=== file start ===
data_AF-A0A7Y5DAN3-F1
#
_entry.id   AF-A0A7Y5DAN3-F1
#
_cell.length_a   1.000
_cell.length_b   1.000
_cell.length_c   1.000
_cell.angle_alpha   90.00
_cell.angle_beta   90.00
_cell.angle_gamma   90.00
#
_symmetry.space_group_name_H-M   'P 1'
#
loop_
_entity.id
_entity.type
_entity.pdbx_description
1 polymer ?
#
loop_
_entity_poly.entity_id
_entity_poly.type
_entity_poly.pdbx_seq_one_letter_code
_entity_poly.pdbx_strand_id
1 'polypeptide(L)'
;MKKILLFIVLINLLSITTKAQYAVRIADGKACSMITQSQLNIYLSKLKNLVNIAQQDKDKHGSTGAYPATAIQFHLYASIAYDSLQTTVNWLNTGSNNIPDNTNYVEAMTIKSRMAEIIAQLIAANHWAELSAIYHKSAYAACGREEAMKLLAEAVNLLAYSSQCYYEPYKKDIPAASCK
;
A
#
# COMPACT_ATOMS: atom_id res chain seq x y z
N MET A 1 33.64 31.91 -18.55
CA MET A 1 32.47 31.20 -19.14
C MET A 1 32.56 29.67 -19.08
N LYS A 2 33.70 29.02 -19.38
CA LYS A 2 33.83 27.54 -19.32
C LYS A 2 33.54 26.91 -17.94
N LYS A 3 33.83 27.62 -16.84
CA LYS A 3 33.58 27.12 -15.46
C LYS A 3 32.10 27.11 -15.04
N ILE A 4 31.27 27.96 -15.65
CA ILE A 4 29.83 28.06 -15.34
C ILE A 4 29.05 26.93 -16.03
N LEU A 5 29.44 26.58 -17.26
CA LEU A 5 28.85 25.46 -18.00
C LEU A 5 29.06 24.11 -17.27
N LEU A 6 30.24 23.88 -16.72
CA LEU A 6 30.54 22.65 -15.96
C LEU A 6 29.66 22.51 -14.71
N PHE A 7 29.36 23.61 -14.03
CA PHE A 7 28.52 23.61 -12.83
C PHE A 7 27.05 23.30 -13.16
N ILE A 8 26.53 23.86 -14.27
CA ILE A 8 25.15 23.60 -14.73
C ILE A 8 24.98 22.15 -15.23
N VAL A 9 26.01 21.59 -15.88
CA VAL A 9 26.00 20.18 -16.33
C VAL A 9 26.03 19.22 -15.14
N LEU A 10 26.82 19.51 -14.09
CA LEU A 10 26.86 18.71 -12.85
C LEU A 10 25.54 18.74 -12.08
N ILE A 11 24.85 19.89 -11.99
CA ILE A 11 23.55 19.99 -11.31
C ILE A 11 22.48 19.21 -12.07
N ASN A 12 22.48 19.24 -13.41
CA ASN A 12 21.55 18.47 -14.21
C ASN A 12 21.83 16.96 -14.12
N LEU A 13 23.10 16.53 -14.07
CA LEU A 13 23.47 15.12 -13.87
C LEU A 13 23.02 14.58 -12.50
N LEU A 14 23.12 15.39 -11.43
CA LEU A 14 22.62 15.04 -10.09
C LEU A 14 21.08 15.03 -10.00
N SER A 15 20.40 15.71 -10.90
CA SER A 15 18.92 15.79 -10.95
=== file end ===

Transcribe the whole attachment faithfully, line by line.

data_AF-A0A7Y5DAN3-F1
#
_entry.id   AF-A0A7Y5DAN3-F1
#
_cell.length_a   1.000
_cell.length_b   1.000
_cell.length_c   1.000
_cell.angle_alpha   90.00
_cell.angle_beta   90.00
_cell.angle_gamma   90.00
#
_symmetry.space_group_name_H-M   'P 1'
#
loop_
_entity.id
_entity.type
_entity.pdbx_description
1 polymer ?
#
loop_
_entity_poly.entity_id
_entity_poly.type
_entity_poly.pdbx_seq_one_letter_code
_entity_poly.pdbx_strand_id
1 'polypeptide(L)'
;MKKILLFIVLINLLSITTKAQYAVRIADGKACSMITQSQLNIYLSKLKNLVNIAQQDKDKHGSTGAYPATAIQFHLYASIAYDSLQTTVNWLNTGSNNIPDNTNYVEAMTIKSRMAEIIAQLIAANHWAELSAIYHKSAYAACGREEAMKLLAEAVNLLAYSSQCYYEPYKKDIPAASCK
;
A
#
# COMPACT_ATOMS: atom_id res chain seq x y z
N MET A 1 33.64 31.91 -18.55
CA MET A 1 32.47 31.20 -19.14
C MET A 1 32.56 29.67 -19.08
N LYS A 2 33.70 29.02 -19.38
CA LYS A 2 33.83 27.54 -19.32
C LYS A 2 33.54 26.91 -17.94
N LYS A 3 33.83 27.62 -16.84
CA LYS A 3 33.58 27.12 -15.46
C LYS A 3 32.10 27.11 -15.04
N ILE A 4 31.27 27.96 -15.65
CA ILE A 4 29.83 28.06 -15.34
C ILE A 4 29.05 26.93 -16.03
N LEU A 5 29.44 26.58 -17.26
CA LEU A 5 28.85 25.46 -18.00
C LEU A 5 29.06 24.11 -17.27
N LEU A 6 30.24 23.88 -16.72
CA LEU A 6 30.54 22.65 -15.96
C LEU A 6 29.66 22.51 -14.71
N PHE A 7 29.36 23.61 -14.03
CA PHE A 7 28.52 23.61 -12.83
C PHE A 7 27.05 23.30 -13.16
N ILE A 8 26.53 23.86 -14.27
CA ILE A 8 25.15 23.60 -14.73
C ILE A 8 24.98 22.15 -15.23
N VAL A 9 26.01 21.59 -15.88
CA VAL A 9 26.00 20.18 -16.33
C VAL A 9 26.03 19.22 -15.14
N LEU A 10 26.82 19.51 -14.09
CA LEU A 10 26.86 18.71 -12.85
C LEU A 10 25.54 18.74 -12.08
N ILE A 11 24.85 19.89 -11.99
CA ILE A 11 23.55 19.99 -11.31
C ILE A 11 22.48 19.21 -12.07
N ASN A 12 22.48 19.24 -13.41
CA ASN A 12 21.55 18.47 -14.21
C ASN A 12 21.83 16.96 -14.12
N LEU A 13 23.10 16.53 -14.07
CA LEU A 13 23.47 15.12 -13.87
C LEU A 13 23.02 14.58 -12.50
N LEU A 14 23.12 15.39 -11.43
CA LEU A 14 22.62 15.04 -10.09
C LEU A 14 21.08 15.03 -10.00
N SER A 15 20.40 15.71 -10.90
CA SER A 15 18.92 15.79 -10.95